My First BoxPosted: May 30, 2013
Boxes are an essential part of the craft of woodworking. Most of what you do for just about every project utilizes the same skills needed to make a simple box properly. Which only points out my backwards approach to learning the craft. I’ve already constructed a couple small pieces of furniture and some cutting boards before recently attempting my first actual cube-like object. I also could have chosen to do some practice ones instead of deciding at the last minute to cobble one together to give to some friends as a wedding gift. So, after a good thirty hours spread across three days, I ended up with the above-pictured piece, which was really a container for the real gifts below. My friends are both pipe smokers, and after buying a Turkish meerschaum pipe on a trip to Turkey, I felt these would be perfect for them.
The majority of the box is red oak with the accents in teak. I used simple miter joints, clamped using Tage Frid’s recommended system. I cut the lid by kerf cutting the inside pieces halfway, then cutting again after construction, offset a blade’s width away. The result is a lip for the lid without adding any more wood.
The inside of the box is cedar. I thought I was being clever by using this material as it’s used in just about every humidor you’ve ever heard of, and smells wonderful. However, only after gluing everything together did I do the research and discover that the benefits cedar imparts to cigars are actually detrimental to pipe tobacco, so my imagined tobacco storage space was compromised by my wood choice. I solved this by sealing the wood with shellac and lacquer (along with the rest of the box). The cedar does still give a nice color to the interior so all was not lost.
I picked up some cheap brass hinges from the local big box home improvement store and quickly discovered that not only were they ugly as sin, the screws were incredibly weak and broke with even a little torque. (I’ve not given up on the idea that I might have been heavy handing the screwdriver.) I ended up using (cannibalizing, really) some more subdued rubbed brass hinges and a clasp that I had on an old box I didn’t use much.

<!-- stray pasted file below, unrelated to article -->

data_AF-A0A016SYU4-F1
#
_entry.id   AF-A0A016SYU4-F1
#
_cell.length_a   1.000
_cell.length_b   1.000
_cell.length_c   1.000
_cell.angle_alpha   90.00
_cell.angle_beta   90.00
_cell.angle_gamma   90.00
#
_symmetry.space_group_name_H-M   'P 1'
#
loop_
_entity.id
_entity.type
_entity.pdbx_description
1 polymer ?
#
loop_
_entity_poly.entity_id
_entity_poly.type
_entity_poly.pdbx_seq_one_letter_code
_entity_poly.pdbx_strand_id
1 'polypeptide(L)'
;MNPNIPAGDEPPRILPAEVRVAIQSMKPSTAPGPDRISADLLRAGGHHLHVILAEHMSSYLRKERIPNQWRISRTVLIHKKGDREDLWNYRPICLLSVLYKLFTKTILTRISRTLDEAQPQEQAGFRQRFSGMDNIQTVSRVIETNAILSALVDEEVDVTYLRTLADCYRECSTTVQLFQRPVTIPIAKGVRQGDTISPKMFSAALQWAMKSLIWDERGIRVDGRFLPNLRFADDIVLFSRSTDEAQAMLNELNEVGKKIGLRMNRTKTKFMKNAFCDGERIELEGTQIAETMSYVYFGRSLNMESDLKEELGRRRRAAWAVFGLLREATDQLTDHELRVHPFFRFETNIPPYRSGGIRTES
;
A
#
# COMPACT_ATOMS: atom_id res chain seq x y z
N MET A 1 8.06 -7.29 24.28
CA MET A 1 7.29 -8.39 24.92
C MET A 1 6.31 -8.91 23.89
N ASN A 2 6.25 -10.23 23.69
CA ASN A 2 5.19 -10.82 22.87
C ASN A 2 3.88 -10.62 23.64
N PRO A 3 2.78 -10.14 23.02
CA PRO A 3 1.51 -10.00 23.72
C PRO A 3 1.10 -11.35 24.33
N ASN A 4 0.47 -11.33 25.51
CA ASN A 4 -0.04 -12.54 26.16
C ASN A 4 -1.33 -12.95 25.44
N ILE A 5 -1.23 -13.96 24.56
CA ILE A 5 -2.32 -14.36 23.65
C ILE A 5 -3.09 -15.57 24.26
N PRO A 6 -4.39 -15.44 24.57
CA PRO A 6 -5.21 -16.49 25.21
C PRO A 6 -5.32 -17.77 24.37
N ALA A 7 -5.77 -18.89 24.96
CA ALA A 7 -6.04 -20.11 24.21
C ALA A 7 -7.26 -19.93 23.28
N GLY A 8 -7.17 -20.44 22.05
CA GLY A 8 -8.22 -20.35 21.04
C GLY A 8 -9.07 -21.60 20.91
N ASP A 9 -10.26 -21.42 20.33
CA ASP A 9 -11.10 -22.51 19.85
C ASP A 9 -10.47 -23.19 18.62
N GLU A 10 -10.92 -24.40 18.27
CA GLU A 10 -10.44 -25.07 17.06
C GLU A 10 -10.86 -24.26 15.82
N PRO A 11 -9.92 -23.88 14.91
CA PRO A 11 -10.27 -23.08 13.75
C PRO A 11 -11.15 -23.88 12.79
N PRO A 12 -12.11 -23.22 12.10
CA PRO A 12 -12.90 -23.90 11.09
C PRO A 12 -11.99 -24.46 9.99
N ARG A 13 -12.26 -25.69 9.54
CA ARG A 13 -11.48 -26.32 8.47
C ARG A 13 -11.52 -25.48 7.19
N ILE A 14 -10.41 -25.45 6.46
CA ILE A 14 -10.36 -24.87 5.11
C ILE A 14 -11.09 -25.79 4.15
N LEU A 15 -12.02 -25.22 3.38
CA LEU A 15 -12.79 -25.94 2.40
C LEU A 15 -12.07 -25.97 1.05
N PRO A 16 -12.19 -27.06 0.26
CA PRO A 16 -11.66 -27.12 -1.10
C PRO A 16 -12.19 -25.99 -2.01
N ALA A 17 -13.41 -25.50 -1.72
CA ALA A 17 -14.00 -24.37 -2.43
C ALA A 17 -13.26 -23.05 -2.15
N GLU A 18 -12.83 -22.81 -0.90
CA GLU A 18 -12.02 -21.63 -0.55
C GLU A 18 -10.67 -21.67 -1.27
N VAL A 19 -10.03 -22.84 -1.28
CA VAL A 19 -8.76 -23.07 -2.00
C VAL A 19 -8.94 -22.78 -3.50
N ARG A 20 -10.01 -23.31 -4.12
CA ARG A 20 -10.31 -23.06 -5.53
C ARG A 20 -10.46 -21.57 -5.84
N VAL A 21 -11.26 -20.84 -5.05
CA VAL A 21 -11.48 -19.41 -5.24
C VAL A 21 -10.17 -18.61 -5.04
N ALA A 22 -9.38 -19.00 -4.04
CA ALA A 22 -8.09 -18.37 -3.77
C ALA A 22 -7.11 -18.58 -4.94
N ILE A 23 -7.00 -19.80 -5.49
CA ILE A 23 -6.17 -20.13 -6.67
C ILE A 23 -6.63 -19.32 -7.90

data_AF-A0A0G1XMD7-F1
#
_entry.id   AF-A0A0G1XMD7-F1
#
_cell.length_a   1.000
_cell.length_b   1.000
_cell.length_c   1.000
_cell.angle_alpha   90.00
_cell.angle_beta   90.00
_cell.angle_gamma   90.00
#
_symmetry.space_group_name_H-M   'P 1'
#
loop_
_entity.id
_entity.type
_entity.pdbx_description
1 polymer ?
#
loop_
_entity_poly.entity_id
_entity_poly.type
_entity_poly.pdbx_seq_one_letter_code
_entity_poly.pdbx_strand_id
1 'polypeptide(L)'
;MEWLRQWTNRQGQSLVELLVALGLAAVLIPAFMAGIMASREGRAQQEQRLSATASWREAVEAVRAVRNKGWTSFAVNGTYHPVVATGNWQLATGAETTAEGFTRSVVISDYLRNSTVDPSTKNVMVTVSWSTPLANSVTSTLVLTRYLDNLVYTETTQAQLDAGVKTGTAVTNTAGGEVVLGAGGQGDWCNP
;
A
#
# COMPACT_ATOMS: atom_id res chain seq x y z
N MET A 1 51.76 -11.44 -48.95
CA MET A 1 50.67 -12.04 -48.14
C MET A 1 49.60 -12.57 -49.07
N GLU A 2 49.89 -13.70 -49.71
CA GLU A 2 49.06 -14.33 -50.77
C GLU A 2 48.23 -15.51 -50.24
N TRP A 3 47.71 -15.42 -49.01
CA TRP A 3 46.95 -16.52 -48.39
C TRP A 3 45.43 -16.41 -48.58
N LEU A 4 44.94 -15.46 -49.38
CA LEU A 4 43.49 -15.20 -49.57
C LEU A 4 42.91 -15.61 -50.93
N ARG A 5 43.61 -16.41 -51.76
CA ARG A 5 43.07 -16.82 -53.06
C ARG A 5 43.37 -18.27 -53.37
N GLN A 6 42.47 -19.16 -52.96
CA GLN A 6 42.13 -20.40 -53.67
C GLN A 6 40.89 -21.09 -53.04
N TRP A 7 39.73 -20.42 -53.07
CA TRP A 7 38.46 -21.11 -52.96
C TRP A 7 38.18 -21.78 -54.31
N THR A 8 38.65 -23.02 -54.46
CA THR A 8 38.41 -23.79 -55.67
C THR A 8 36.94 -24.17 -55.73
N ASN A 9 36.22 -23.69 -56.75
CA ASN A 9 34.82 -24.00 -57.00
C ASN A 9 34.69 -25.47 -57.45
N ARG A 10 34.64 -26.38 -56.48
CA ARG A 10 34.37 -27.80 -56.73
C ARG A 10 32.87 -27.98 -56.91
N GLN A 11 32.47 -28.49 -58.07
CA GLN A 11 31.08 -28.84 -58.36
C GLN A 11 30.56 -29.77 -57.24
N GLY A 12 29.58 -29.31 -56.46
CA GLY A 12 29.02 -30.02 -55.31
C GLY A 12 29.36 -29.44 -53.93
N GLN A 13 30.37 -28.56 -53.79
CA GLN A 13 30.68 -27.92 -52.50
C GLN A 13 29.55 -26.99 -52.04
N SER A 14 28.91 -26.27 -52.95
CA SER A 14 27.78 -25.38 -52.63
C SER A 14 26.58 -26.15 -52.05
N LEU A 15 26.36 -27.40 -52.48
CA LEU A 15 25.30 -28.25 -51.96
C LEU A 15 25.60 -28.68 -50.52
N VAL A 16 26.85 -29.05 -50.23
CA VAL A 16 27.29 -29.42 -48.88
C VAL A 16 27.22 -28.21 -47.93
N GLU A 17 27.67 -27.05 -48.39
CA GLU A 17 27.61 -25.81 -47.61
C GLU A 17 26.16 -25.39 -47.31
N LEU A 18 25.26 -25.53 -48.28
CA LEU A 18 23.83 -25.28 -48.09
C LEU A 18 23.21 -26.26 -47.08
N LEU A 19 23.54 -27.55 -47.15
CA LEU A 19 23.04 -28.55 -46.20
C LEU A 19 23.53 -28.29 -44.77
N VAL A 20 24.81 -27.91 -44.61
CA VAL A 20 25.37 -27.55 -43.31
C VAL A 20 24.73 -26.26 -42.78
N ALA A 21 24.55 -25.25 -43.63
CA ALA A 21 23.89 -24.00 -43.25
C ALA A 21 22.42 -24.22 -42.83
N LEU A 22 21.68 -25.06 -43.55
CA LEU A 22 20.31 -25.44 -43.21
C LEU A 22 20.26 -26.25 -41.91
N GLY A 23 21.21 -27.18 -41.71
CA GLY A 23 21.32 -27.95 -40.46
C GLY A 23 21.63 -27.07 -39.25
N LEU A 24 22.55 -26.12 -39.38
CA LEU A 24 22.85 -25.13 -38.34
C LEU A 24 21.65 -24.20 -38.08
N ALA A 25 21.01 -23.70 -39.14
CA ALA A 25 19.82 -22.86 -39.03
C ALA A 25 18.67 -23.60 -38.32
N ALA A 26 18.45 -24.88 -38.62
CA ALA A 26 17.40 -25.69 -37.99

All in all, I learned a lot from this build, especially some hand techniques that I’ll carry over into other work, and the sheer amount of time it can take a beginner to make even a relatively basic box like this (about 30 hours). It was very much satisfying to use my hand planes to do some of the smoothing and trimming work. I had to restrain myself from beveling the board edges down too far with the block plane. There’s something really pleasing about the way it softens up a hard angle. I used my table saw quite a bit for this project but I learned so much about what I can do with hand tools that I’d love to attempt another one of these sans machine tools. Even better, create something like this using only restored antique tools. Seeing how elemental one can get, to me, is part of the fun of the craft.
About the pipes: I found the pipes via a company called Meerco on Etsy. Their selection is ample, their customer service is friendly and fast, and the shipping time of 3 or 4 days was impressive to me, given that these were coming all the way from Western Turkey. Shipping prices were very reasonable and they even included a free miniature meerschaum pipe and some meerschaum jewelry.